I was also lucky enough to have a Well Rounded Sound MX BL integrated amplifier and DAC, with which to test the speakers. I will go into greater detail about this amp and its features relative to the MM6, where I listened to it more extensively. That said, when connected with the MM2s, the MX BL brought a level of detail and increased focus to the soundstage that made me even more impressed with what the MM2s could accomplish. I have also listened extensively to Audioengine A5s in the past and, to my ear, the MM2s have a far greater capacity for well-rounded sound reproduction. So, the MM2s are a significant bargain at US$399, solely for their sonic capabilities, but the combination of beauty and clarity of sound are really quite astonishing.
Where the MM2s really require bass support if not listening in a desktop situation, the MM6s are capable of taking on much more varied material. I’m going to get this out of the way right off the top, if you are considering a pair of these Well Rounded Sound speakers, for the extra $100 these speakers offer a world of music that really shouldn’t be accessible at this pricepoint. The MM6s have very high quality manufacturing standards, with finishes available in Walnut, White Oak, Black Ash, and White Lacquer. These speakers are equipped with a 4” high-definition, extended-range midbass driver, and and a ring radiator tweeter. The MM6s are also ported, but extend to a much more respectable 55Hz. With 5-way gold-plated binding posts and the Q base with speaker spikes, these speakers offer significant value for money. With an impedance of 8 Ohms and efficiency of 87 dB, these are a slightly easier load to drive than the MM2s. The overall dimensions when seated on the base are 12 3/4″ H x 5 1/2″ W x 8 1/2″ D. The speakers are rated at 40 watts RMS and 80 watts maximum.
Let me initially talk about the sonic signature of the MM6s, as driven by the Well Rounded Sound MX BL integrated amplifier. Afterwards, I’ll address some different amps I used to drive the MM6s, and how these affected sound quality and performance. I had visited a local audiophile recently who had a significantly well-damped room with quality equipment. I listened to a Leonard Cohen song from Old Ideas called “Going Home” on a pair of Spendor SP1/2R2s. Leonard and the background singers floated spectrally with incredible bass extension in Cohen’s voice, while tiny percussion elements were holographically placed with pinpoint accuracy.
So after I had this experience, I decided to try to get a pair of sub-$500 speakers to recreate some of that magic. Now, let’s be frank, the MM6s can not do what the Spendors did. That’s a fact. But when I listened to that track coming from a Squeezebox Classic 3 through a TubeDac 11 into the MX BL connected to the MM6s, I was more than a little surprised. I was prepared to be disappointed enough to simply stop trying to scale such herculean heights. But amazingly, astoundingly, even, I was entranced by what the speakers could do. The bass extension was not commensurate, but it was still very convincing in the deep register of Leonard’s voice, while the soundstage allowed the percussion and background vocals to crystallize into focus. I realized I was listening to the same song, but I had stopped comparing it to my previous experience. In one listen, the MM6s had convinced me to take them on their own merits and hear not what they couldn’t do, but what they could. These budget speakers image with clarity and crispness while creating a broad and expansive soundstage. They are tonally accurate across the spectrum and recreate transients very well.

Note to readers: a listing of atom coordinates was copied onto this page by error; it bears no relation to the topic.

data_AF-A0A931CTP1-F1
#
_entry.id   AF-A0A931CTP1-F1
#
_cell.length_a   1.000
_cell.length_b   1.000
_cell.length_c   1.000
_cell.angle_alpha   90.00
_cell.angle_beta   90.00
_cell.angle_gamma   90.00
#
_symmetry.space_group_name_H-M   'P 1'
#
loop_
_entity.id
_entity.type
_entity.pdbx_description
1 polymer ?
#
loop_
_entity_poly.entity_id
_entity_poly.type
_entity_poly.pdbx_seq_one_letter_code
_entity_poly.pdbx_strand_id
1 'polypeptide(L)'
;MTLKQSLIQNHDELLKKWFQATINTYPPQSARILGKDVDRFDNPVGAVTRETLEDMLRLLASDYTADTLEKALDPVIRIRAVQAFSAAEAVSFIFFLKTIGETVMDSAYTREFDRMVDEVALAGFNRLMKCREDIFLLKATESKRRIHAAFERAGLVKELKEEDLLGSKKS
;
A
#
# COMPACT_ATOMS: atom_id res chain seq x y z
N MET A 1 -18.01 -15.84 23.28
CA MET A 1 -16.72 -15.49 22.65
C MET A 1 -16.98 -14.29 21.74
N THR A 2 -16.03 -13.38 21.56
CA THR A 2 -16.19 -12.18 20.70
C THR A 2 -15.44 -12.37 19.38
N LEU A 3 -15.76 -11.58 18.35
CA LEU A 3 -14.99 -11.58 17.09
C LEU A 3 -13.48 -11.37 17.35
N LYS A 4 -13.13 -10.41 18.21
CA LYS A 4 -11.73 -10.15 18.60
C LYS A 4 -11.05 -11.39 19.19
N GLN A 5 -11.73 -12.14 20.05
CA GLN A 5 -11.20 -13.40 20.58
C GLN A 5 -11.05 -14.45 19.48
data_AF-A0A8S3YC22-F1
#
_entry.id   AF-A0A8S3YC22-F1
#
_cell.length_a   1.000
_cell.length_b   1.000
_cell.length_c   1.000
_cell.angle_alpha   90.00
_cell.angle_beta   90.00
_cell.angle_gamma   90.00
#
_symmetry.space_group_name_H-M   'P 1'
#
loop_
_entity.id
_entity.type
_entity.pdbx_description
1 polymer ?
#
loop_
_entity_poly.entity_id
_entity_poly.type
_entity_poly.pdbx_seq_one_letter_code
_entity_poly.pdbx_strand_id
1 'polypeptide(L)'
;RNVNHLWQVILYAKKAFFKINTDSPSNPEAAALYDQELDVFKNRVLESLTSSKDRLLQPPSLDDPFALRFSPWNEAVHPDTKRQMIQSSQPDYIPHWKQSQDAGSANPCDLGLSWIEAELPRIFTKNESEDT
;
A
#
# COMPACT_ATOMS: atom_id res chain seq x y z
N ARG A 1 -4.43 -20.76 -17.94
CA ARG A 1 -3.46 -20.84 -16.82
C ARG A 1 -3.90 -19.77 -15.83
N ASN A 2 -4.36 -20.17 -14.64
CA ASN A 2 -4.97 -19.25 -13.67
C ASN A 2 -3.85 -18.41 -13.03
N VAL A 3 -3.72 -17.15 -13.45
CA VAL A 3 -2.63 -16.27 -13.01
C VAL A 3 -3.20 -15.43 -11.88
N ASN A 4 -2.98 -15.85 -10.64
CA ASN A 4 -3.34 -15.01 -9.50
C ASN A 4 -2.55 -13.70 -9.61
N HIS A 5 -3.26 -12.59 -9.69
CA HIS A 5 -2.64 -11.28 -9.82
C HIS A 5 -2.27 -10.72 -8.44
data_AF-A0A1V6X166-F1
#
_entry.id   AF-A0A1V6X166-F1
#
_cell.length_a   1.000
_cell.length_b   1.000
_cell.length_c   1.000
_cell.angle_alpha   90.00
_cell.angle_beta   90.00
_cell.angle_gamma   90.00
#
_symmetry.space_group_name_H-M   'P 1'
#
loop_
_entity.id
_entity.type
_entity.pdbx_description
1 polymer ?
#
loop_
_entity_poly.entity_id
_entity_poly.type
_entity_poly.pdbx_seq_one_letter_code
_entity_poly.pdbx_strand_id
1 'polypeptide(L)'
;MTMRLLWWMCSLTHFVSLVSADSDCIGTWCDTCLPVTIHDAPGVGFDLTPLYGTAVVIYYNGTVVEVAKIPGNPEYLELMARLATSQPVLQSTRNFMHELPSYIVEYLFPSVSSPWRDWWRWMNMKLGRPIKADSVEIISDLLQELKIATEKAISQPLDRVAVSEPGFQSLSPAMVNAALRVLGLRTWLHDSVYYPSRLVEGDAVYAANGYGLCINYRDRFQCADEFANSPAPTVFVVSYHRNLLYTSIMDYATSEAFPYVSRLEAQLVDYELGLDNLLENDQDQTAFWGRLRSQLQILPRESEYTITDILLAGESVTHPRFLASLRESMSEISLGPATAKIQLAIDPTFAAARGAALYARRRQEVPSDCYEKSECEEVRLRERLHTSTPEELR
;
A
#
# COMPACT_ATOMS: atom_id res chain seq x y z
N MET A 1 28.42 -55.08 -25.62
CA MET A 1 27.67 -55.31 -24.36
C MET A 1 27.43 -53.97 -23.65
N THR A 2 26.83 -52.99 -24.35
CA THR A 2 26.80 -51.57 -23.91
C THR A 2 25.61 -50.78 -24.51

Next, “Leosia” from Tomasz Stańko’s (the late great Polish-born trumpeter) masterwork Leosia had the MM6s spreading their wings on a moody atmospheric flight. With a gradual building of intensity around piano lines, the track slowly takes flight when Stańko’s elegant and minimal melodic lines float into focus. Percussion, bass, and piano all accompany the rambling lines of the trumpet, as the song slowly moves toward complex interaction. The MM6s did a fantastic job of separating out the individual instruments, and reproducing the varied tones and sounds that emerge in this song, which threatens to devolve into entropy at almost any moment. The tempo is varied and ranging, but the song holds together like a beautiful blues for the late 20th century. The trumpet’s tone and range blares from the speakers when needed, and then recedes into muted complexity, while the drums pepper the soundstage from right to left with percussive strokes followed by transients galore from cymbal strikes. The piano holds center-stage throughout, while the bass emerges to pulse the beat of the loping rhythm of the song along. Through all of this diversity, the MM6s continue to sing with clarity, subtlety, and musicality. They do not colour the music, rather they allow us to see into its depths with insight.